One morning, an 18-year-old apprentice of Ghirlandaio’s was preparing the walls in the Tornabuoni Chapel for the day’s work. The young man, Franceso Granacci, had trained for years, and was skilled enough to be trusted with this task.
As Granacci began to prepare the plaster, he caught sight of a 12-year-old boy halfway down the nave, sitting on the floor. Granacci had seen the boy hanging around before. Today, he was leaning against the same column Granacci used to lean against when he was younger. It even looked like the boy was drawing the same painting Granacci used to draw.
Quietly, Granacci crept up behind the boy, who was sitting in front of a fresco of Jesus on the cross. Granacci was amazed at what he saw. The boy’s drawing was very, very good.
“Who taught you how to do that?” he asked finally.
The boy, startled, quickly covered his work with both hands.
“What’s your name?”
“I’ve seen you here before. But I didn’t know you drew so well.”
“It’s not that good.”
“Oh, but it is. My name’s Francesco. Do you mind if I look at your sketch?”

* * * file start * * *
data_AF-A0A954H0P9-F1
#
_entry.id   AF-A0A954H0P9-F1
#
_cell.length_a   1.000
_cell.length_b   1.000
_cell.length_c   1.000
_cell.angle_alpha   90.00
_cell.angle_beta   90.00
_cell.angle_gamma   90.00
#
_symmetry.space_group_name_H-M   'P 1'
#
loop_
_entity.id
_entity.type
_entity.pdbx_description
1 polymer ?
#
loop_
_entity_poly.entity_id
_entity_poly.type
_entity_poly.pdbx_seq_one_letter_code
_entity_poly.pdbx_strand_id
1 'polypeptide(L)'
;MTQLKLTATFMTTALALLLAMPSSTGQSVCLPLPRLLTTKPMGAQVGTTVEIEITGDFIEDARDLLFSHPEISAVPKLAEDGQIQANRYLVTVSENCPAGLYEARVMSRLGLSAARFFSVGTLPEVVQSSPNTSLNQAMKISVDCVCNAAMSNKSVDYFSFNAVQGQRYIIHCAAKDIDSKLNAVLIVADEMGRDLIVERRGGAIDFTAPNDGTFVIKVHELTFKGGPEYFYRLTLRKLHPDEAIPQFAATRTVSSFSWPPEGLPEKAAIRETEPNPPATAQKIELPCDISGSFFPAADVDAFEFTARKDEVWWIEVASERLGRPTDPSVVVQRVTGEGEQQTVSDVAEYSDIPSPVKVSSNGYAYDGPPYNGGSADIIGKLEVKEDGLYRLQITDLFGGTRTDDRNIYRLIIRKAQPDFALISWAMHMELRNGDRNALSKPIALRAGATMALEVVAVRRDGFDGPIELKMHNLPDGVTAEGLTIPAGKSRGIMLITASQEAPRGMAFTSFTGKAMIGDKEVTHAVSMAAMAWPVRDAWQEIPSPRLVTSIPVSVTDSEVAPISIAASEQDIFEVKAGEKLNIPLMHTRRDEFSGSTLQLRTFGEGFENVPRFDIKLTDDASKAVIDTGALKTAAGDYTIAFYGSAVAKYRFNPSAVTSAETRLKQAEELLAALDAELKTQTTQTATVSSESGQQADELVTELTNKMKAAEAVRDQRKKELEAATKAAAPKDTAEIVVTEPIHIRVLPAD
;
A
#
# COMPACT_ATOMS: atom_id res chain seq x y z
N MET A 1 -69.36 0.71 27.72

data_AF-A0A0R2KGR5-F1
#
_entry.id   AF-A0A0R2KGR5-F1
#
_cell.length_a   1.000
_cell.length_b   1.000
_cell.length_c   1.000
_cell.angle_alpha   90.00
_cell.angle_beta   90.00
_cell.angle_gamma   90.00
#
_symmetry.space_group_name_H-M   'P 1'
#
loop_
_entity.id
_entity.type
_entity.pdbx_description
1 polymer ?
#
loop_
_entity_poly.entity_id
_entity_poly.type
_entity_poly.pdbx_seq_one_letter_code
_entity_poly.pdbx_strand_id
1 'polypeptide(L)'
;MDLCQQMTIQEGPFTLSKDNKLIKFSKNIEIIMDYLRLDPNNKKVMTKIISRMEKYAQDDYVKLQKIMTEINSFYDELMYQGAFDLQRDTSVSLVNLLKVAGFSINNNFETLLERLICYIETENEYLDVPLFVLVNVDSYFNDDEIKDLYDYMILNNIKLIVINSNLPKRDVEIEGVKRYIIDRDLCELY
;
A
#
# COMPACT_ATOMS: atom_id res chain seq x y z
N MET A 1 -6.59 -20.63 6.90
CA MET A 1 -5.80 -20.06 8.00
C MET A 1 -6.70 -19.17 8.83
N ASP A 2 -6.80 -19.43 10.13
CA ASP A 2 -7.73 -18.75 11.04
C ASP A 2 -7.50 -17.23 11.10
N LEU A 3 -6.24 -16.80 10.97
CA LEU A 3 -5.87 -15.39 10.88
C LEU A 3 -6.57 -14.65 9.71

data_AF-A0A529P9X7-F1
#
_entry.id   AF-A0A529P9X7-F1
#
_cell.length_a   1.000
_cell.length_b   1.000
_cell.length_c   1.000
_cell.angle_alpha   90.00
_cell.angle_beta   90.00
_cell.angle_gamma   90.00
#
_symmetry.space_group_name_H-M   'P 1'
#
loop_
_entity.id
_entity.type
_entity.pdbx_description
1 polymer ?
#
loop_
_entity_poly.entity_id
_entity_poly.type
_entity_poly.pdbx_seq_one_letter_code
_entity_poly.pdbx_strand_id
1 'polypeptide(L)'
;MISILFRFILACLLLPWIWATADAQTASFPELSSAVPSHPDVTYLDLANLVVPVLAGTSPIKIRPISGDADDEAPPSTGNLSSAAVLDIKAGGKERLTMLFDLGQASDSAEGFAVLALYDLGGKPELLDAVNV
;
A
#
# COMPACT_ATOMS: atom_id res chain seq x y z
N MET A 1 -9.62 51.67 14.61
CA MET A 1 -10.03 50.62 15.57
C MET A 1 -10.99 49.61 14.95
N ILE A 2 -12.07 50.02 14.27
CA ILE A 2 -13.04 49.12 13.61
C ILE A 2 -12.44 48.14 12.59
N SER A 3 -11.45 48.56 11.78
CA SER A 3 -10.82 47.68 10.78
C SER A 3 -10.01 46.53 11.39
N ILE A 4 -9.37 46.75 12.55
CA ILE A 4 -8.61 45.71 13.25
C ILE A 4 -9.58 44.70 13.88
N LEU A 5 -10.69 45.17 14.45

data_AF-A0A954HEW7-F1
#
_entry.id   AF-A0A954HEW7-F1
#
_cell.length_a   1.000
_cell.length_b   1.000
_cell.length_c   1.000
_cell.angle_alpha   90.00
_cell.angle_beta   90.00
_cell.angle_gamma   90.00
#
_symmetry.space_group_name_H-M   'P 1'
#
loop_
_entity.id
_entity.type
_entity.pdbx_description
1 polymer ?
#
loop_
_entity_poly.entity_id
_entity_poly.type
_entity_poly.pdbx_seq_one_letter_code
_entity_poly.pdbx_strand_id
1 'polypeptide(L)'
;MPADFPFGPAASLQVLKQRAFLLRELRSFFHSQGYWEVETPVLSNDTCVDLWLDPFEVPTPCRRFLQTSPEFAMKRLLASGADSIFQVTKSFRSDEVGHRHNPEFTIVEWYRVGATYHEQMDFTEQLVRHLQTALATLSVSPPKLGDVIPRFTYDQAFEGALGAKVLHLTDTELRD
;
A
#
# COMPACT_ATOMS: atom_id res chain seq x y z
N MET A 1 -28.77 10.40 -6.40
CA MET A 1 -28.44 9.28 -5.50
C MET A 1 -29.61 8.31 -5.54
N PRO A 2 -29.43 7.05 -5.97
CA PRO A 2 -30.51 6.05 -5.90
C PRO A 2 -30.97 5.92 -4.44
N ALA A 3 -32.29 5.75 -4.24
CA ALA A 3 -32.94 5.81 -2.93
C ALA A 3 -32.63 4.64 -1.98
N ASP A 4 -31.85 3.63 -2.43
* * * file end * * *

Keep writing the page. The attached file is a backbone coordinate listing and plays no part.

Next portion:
Michelangelo looked down as he handed Granacci the drawing.
“Yes. This is really very good. May I show you something?”
Granacci walked up to Masaccio’s fresco and drew lines in the air from several places in the scene, all of them ending on the face of Jesus, including the checkered squares of the ceiling.
“Do you see what Masaccio did there? It’s called linear perspective. It gives the painting true depth. This is a very famous painting. It’s the first one to use perspective this way.”
Michelangelo studied the painting, then looked at his drawing, thinking about how he could generate the effect Granacci had just showed him: a vanishing focal point. “What is the painting supposed to mean?” he asked.
“Can’t you tell? The painting is called Holy Trinity. There is Jesus. And his father is there above him. And in between is a white dove that looks like a collar. That’s the Holy Spirit. God and the spirit are standing behind Christ in his hour of need.”
Michelangelo nodded, taking in all these new ways to look at the painting.
“Do you know what those words are, above the skeleton?” asked Granacci.
Michelangelo stood and walked closer to the painting to read: IO FU GA QUEL CHE VOI STE: E QUEL CHO SON VOI ACO SARETE.
“No,” he said after a moment.
“I take it you don’t read Latin.”
“Not very well.”
“It says I was once what you are and what I am you also will be.”
Michelangelo nodded. The words seemed to linger in the air.
“So, who taught you?” asked Granacci.
“No one. I taught myself.”
“You draw better than I do. Maybe you should become a painter.”
Michelangelo looked up at his new friend. He didn’t need to say a thing. Granacci saw the dreamy look in his eyes. It was unmistakable.